Scand J Work Environ Health 2014;40(3):230-234    pdf full text | Published online: 19 Dec 2013, Issue date: 01 May 2014

A meta-analysis of health effects of randomized controlled worksite interventions: Does social stratification matter?

by Montano D, Hoven H, Siegrist J

Objectives The aim of this review was to assess what types of socioeconomic positions (SEP) are being considered in randomized controlled intervention studies and estimate the moderation of SEP in workplace intervention effects on body mass index (BMI), fruit and vegetable consumption, musculoskeletal symptoms, and job stress.

Methods A meta-analysis of randomized controlled workplace interventions was undertaken. Studies were classified by participants’ SEP. The overall standardized mean difference (SMD) for each outcome was estimated with random-effects models. Additionally, a random-effects model with SEP as moderating variable was calculated in order to assess intervention effect modification (EM).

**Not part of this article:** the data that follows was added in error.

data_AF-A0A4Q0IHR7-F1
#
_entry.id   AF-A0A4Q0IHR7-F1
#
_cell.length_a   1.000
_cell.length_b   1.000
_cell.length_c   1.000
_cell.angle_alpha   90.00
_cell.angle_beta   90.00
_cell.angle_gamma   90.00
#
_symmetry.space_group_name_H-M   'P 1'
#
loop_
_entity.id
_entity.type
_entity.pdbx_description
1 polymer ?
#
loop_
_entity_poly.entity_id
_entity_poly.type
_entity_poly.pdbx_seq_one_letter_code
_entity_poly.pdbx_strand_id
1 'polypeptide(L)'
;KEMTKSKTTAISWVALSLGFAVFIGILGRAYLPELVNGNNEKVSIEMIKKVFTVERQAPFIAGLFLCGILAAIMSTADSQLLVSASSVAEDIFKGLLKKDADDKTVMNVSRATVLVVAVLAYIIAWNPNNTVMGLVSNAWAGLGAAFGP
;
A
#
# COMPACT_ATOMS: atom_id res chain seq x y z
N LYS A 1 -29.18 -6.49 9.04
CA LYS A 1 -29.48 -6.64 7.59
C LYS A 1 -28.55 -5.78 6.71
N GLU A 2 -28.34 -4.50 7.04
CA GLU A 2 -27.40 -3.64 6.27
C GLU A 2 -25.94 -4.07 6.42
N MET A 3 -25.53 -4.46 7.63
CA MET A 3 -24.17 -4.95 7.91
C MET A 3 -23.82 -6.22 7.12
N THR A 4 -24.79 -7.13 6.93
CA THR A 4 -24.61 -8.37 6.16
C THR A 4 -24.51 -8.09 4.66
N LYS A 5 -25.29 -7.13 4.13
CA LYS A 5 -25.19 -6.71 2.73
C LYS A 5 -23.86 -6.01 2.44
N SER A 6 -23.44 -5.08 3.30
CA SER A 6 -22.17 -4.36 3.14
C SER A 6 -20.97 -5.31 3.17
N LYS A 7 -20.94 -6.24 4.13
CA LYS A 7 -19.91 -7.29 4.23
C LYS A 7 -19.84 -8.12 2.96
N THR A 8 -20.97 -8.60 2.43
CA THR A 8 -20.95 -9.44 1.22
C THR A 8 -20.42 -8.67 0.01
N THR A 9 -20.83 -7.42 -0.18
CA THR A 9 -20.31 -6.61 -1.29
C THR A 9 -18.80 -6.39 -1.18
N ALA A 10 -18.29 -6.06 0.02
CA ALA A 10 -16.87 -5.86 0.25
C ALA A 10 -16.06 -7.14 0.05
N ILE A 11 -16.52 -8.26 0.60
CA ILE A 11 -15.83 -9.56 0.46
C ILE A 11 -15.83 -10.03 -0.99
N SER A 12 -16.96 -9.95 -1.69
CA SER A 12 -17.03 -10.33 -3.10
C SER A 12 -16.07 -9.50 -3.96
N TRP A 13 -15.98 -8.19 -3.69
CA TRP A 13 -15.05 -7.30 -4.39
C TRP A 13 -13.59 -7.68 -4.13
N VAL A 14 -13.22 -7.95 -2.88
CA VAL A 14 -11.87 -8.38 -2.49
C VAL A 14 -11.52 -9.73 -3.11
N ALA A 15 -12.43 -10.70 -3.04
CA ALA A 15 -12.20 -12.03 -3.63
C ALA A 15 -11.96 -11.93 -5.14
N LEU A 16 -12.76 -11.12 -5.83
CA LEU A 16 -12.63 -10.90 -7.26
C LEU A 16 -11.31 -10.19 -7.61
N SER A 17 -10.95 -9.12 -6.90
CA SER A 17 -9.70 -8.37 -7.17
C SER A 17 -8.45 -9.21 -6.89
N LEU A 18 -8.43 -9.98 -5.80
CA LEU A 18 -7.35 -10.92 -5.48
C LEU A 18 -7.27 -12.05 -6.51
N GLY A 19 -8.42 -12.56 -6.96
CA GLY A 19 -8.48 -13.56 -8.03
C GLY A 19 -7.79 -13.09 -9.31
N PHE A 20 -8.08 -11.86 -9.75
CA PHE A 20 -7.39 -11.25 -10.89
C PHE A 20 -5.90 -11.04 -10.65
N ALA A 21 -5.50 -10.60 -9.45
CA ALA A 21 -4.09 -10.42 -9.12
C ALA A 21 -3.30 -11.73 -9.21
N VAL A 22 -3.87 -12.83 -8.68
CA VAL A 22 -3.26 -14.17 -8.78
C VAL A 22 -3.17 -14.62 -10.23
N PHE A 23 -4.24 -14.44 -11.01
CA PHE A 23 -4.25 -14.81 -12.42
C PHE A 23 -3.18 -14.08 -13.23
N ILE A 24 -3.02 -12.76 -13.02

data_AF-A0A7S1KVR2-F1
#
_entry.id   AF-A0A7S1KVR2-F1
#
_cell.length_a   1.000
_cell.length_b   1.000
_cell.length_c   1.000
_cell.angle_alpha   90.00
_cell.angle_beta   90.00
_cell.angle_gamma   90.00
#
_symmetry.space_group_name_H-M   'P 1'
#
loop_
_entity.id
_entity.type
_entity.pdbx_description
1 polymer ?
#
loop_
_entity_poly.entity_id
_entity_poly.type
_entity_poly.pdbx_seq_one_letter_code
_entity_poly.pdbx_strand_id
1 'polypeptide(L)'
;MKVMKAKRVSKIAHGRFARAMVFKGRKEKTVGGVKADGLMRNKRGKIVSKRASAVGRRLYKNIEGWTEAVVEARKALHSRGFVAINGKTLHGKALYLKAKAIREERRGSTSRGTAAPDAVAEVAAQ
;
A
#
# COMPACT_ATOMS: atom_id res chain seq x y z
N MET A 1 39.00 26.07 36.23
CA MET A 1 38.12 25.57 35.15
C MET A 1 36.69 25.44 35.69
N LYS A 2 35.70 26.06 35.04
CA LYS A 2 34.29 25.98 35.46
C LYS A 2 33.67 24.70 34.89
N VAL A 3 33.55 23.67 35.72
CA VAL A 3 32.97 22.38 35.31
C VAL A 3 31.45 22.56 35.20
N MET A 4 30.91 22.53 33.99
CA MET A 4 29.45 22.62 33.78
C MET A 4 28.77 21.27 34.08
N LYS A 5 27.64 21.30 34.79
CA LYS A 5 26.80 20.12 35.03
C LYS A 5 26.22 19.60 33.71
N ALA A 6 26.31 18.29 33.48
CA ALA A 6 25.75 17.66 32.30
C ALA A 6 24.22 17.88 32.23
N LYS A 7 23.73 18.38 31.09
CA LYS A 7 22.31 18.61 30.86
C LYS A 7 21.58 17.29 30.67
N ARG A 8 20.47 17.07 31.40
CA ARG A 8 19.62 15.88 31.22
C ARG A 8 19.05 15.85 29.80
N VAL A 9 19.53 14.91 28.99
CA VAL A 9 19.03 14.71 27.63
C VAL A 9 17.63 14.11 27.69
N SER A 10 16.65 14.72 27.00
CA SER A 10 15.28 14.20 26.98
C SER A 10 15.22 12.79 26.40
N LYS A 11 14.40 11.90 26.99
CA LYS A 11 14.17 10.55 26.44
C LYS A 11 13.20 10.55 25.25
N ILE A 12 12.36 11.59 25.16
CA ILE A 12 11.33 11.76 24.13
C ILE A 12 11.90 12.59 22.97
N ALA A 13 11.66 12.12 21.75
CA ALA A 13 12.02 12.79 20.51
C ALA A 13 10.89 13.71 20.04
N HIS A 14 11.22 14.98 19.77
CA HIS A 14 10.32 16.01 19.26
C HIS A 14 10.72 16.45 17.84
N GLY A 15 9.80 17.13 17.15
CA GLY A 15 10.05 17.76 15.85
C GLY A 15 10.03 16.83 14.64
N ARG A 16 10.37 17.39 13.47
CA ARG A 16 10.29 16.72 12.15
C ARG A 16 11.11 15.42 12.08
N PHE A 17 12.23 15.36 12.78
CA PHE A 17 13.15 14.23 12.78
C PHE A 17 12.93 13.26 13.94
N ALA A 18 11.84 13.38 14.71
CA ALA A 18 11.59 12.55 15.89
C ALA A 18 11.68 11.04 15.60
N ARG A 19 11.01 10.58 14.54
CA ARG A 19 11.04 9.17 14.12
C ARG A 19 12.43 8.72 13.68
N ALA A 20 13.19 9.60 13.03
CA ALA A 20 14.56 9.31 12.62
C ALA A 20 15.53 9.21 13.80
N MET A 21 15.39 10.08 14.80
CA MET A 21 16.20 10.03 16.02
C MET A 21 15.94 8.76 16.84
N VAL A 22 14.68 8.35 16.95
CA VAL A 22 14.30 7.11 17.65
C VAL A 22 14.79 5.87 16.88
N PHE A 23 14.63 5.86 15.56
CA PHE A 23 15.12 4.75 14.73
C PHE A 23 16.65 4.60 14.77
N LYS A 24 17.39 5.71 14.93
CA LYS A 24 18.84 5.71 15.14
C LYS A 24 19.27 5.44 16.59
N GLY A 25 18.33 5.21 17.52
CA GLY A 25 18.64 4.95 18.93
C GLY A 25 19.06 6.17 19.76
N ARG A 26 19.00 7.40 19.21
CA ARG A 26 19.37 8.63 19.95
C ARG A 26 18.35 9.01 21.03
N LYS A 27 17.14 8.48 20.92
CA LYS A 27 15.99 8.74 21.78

Results This review covers 36 studies. Altogether 40 reports of intervention effects were considered. The overall mean differences in the models, without SEP as moderating variable, were significant for all outcomes. BMI, self-reported musculoskeletal symptoms, and self-reported job stress decreased [SMD -0.16, 95% confidence interval (95% CI) -0.29– -0.02, SMD -0.32, 95% CI -0.51– -0.14, and SMD -0.37, 95% CI -0.71– -0.04, respectively], whereas daily consumption of fruit and vegetables increased (SMD 0.12, 95% CI 0.01–0.22). There were no statistically significant differences between occupational classes for the health outcomes considered (SMD -0.102, 95% CI -0.264–0.060, EM -0.141, 95% CI -0.406–0.125; SMD 0.117, 95% CI -0.049–0.282, EM 0.000, 95% CI -0.230–0.231; SMD -0.301, 95% CI -0.494– -0.107, EM -0.369, 95% CI -1.169–0.430; and SMD -0.200, 95% CI -0.524–0.124, EM -0.598, 95% CI -1.208–0.012, respectively).

Conclusions Workplace interventions can achieve small positive effects on major health outcomes. We could not confirm whether these effects are moderated by occupational class.

This article refers to the following text of the Journal: 2009;35(1):7-18
The following article refers to this text: 2019;45(6):546-559
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